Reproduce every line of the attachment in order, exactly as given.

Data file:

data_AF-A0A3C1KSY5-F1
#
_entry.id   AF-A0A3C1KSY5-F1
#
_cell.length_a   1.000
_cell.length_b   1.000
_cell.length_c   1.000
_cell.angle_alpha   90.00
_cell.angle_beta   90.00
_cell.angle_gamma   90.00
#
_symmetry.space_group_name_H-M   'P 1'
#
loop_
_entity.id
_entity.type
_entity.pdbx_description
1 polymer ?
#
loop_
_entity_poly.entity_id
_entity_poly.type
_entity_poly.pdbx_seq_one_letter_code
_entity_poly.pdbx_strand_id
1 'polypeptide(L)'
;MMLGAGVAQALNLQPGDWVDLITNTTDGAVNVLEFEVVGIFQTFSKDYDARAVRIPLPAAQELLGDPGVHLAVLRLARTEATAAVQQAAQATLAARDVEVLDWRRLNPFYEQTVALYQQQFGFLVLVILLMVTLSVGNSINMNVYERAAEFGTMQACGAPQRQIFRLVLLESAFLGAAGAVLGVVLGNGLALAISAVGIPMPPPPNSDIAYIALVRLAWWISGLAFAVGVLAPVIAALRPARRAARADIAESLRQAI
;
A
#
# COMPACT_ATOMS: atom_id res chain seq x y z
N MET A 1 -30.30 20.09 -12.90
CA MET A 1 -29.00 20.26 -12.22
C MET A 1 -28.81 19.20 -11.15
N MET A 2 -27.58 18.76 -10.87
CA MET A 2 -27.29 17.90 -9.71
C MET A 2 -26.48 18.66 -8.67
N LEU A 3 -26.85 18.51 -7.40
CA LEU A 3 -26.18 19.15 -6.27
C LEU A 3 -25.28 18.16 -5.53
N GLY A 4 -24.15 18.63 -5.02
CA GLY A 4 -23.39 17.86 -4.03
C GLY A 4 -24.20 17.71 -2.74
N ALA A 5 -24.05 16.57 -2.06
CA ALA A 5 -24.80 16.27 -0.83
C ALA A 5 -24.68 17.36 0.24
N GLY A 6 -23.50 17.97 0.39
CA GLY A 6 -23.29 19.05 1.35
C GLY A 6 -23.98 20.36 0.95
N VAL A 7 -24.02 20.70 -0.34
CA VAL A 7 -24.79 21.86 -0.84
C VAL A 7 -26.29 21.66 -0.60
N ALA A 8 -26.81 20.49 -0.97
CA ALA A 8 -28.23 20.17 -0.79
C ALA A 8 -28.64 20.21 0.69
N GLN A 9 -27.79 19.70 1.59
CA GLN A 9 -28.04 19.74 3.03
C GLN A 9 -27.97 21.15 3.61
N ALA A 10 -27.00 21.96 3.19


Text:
data_AF-A0A3C1KSY5-F1
#
_entry.id   AF-A0A3C1KSY5-F1
#
_cell.length_a   1.000
_cell.length_b   1.000
_cell.length_c   1.000
_cell.angle_alpha   90.00
_cell.angle_beta   90.00
_cell.angle_gamma   90.00
#
_symmetry.space_group_name_H-M   'P 1'
#
loop_
_entity.id
_entity.type
_entity.pdbx_description
1 polymer ?
#
loop_
_entity_poly.entity_id
_entity_poly.type
_entity_poly.pdbx_seq_one_letter_code
_entity_poly.pdbx_strand_id
1 'polypeptide(L)'
;MMLGAGVAQALNLQPGDWVDLITNTTDGAVNVLEFEVVGIFQTFSKDYDARAVRIPLPAAQELLGDPGVHLAVLRLARTEATAAVQQAAQATLAARDVEVLDWRRLNPFYEQTVALYQQQFGFLVLVILLMVTLSVGNSINMNVYERAAEFGTMQACGAPQRQIFRLVLLESAFLGAAGAVLGVVLGNGLALAISAVGIPMPPPPNSDIAYIALVRLAWWISGLAFAVGVLAPVIAALRPARRAARADIAESLRQAI
;
A
#
# COMPACT_ATOMS: atom_id res chain seq x y z
N MET A 1 -30.30 20.09 -12.90
CA MET A 1 -29.00 20.26 -12.22
C MET A 1 -28.81 19.20 -11.15
N MET A 2 -27.58 18.76 -10.87
CA MET A 2 -27.29 17.90 -9.71
C MET A 2 -26.48 18.66 -8.67
N LEU A 3 -26.85 18.51 -7.40
CA LEU A 3 -26.18 19.15 -6.27
C LEU A 3 -25.28 18.16 -5.53
N GLY A 4 -24.15 18.63 -5.02
CA GLY A 4 -23.39 17.86 -4.03
C GLY A 4 -24.20 17.71 -2.74
N ALA A 5 -24.05 16.57 -2.06
CA ALA A 5 -24.80 16.27 -0.83
C ALA A 5 -24.68 17.36 0.24
N GLY A 6 -23.50 17.97 0.39
CA GLY A 6 -23.29 19.05 1.35
C GLY A 6 -23.98 20.36 0.95
N VAL A 7 -24.02 20.70 -0.34
CA VAL A 7 -24.79 21.86 -0.84
C VAL A 7 -26.29 21.66 -0.60
N ALA A 8 -26.81 20.49 -0.97
CA ALA A 8 -28.23 20.17 -0.79
C ALA A 8 -28.64 20.21 0.69
N GLN A 9 -27.79 19.70 1.59
CA GLN A 9 -28.04 19.74 3.03
C GLN A 9 -27.97 21.15 3.61
N ALA A 10 -27.00 21.96 3.19